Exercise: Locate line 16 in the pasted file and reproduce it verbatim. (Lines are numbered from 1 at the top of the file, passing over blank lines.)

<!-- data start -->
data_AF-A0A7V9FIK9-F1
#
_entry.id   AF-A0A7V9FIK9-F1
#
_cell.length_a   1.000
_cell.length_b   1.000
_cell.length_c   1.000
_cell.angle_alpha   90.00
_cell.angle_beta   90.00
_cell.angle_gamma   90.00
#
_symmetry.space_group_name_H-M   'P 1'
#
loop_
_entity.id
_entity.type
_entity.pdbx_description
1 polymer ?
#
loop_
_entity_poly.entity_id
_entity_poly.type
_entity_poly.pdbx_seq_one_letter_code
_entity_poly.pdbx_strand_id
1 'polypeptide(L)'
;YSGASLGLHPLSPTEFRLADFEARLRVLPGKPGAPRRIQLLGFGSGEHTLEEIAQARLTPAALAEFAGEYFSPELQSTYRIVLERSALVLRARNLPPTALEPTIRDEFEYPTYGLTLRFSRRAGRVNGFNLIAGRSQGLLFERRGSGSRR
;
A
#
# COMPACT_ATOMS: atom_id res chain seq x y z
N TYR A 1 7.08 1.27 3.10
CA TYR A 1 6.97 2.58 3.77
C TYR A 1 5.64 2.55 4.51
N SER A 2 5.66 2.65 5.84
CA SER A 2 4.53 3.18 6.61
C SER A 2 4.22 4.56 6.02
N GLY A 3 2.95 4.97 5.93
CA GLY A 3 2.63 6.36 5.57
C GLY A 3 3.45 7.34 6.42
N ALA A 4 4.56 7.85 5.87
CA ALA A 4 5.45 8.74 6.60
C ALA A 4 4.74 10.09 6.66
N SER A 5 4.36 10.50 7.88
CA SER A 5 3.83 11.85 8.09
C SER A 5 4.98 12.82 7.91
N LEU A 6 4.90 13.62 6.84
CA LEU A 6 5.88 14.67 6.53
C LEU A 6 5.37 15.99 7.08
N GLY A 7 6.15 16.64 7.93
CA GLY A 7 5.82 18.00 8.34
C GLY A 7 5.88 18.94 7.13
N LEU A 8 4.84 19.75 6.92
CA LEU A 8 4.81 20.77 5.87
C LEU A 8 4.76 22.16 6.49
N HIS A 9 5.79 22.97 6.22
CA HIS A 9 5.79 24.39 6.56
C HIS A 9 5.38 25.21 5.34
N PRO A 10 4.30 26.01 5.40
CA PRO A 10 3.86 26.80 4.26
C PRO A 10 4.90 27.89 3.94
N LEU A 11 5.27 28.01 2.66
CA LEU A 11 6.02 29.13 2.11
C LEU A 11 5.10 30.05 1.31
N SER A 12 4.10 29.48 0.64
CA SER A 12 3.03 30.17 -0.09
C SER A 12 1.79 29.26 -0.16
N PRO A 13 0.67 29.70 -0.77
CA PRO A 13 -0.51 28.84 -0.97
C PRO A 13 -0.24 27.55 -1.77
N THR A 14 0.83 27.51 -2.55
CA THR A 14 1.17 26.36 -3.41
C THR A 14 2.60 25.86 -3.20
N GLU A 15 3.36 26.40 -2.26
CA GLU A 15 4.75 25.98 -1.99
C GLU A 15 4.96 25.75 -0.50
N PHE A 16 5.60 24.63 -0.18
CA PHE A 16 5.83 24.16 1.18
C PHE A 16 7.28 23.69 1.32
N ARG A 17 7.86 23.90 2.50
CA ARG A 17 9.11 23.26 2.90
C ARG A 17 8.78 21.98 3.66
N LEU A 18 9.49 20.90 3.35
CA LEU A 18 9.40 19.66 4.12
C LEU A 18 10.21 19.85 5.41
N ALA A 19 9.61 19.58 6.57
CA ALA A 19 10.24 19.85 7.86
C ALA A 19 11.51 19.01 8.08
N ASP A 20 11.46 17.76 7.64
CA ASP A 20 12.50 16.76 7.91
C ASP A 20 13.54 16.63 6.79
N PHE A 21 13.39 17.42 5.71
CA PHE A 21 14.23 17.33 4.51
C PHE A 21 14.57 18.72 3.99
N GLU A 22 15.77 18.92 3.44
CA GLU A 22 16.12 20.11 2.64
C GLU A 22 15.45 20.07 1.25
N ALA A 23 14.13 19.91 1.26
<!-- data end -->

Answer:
_entity.type